"But that tells you one of the reasons this shortlisting is so important is that we have to change perceptions because when I saw the final five along with myself, I went 'huh?' Because they're so different to me. They are so accomplished. I'm accomplished, but we're from different worlds, they're no better or worse than I am, but..... when people think about, who should be in the final six, it's the other five. Not me. And that's not any reflection on the other five. It's just the way the world is, and so it's amazing to be shortlisted. But it's also very sad that it is like that.

"And so what I said was, what am I going to do with this now? We owe it, not just to black staff, not just to black people, but to every lawyer who comes from a certain background".

Campbell continues: "What [do] people perceive when they see a lawyer? What do they see? What do they hear? When they see a lawyer, do they hear a Cockney girl?".

These preconceived notions are not just something the general public holds. “Even judges have the perception. Which is a shame.”

“When a judge said to me, 'oh, Miss Campbell, do you drop your h's in court?', I said, 'that's because I was born in Hackney Hospital, sir'. Because you have to embrace who you are, and it's really hard sometimes to do that because law is pretty elitist. It really is,” she says later in the interview.

Asked if she has faced any other discrimination in the legal world, she doesn't pause to think. "I was an LLG trainer for a long time, five years," she replies. "I went to Oxford once there was a woman meeting me because I was doing some training for trading standards officers on preparation for the day. And I met the facilitator, lovely woman. We had a chat. We're walking towards the training room, and she saw a man in there. A white, man reading the paper. And she said, ‘oh, you're lucky, the trainer's here’ pointing to the man, and I said, 'no, I'm the trainer' and she went beetroot red and was so embarrassed and said, 'I'm so sorry'.

"I said, 'listen, I'm used to it. There was no anger for me for her because her perception of what the trainer should look like was not me, it was him. But that's the same the world over when it comes to law. And if you're in court, the number of people that say, 'what's listed next' because they assume you're the usher. That happens all the time and that's standard practice."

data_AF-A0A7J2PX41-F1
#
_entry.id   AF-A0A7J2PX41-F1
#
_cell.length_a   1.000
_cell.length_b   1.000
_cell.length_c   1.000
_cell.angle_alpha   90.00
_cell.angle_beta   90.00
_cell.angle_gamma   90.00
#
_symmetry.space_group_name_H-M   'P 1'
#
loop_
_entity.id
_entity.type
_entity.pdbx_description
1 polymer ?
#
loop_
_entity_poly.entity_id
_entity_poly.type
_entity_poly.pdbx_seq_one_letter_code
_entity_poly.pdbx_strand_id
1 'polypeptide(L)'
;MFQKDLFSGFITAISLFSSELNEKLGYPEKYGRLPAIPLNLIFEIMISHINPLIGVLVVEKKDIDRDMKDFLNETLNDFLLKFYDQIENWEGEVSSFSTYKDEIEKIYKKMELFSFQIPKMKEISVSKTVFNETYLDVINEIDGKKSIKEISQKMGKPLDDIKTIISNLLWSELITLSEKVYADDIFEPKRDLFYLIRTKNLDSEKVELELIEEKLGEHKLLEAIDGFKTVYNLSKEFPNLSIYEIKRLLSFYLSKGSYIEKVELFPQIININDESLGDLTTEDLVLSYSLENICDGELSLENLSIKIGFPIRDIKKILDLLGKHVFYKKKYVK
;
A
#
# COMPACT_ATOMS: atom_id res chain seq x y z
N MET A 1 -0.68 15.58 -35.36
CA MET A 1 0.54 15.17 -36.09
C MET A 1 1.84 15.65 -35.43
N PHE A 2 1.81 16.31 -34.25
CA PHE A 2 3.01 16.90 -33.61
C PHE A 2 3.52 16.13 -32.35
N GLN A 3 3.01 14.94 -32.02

As a lawyer, Campbell is using her legal skills to support ethnic minority employees across the council. It is here where her commitment to increasing diversity in local authorities shows, as she talks about her position as chair of the Race Equality Network at Waltham Forest. In this role, Campbell has set up a Safe Space Clinic, established an action plan to eliminate the council's ethnicity pay gap, and created a mentoring scrutiny group aimed at making sure Waltham's mentoring scheme is in line with the Ethnicity Pay Gap strategy and is effectively improving the work and career opportunities for the staff taking part.

"It does help if you're the senior lawyer and you're heading it,” she says, “and I think that has helped to build our profiles as lawyers and as a black lawyer here."

Recently, she took her experience to a London Councils' conference on Harnessing Talent for Black and Ethnic Staff. "I was so glad I was able to share what we were doing at Waltham Forest," she says. "And what London Councils asked me to do is to send them a detailed overview of what we're doing with the safe space clinics to help people. And I did that – sadly on Sunday because that's the only time I can get things done."

But there is still work to be done - in London councils, diversity is well established, but even in the London boroughs, "as you go up the ladder, like with every other profession, there's not as many [ethnic minority managers] as there should be," according to Campbell.

"It's all about helping other people to have confidence in themselves. Not just from the legal profession, but across the council generally."

It was her book, Rice and Peas and Fish and Chips, though that propelled Campbell into the spotlight last year, detailing her personal struggle with racism throughout her life. How did the idea for it come about? "I think it came about because when my dad passed, I really felt bad because there were so many things he wanted to do, and he never got to do them because when he came to this country, the opportunities weren't there for him," Campbell says.

"And I really started thinking about myself and all my friends and my generation. Because so many of them wanted to be doctors or lawyers or engineers or architects, and none of them made it because teachers would tell them 'you need to go to Sheffield Steel or something'. My husband grew up in Sheffield, and he was pushed into the steel industry.

"And that's what we do: become bus drivers or other things, and they're all valid and proper professions, but it's not the professions they wanted," she continues.

"I wanted to know what has gone wrong. Why is it that so many of my generation didn't make it? And how did I manage to reroute myself? And so I went on this journey to find out what went wrong. And it was amazing because, as a lawyer, discovering there was all this legislation along the way, that was a pinnacle in my life that I didn't really understand until I look back at it."

Looking ahead to the LexisNexis Awards ceremony, Campbell says it will be nice to be in the room on the night and meet the finalists. “Do some networking with them, really get them to see another side of law that they probably wouldn't normally see and get them to understand that local authority lawyers are lawyers too, you know," she laughs.

"As I say - win or lose - this is good for us. This is good for us as local authority lawyers."

Adam Carey is a journalist at Local Government Lawyer.

Voting for the Legal Personality of the Year Award ends at 17:00 on Friday 4 March, and the winner will be announced on Wednesday 30 March 2022.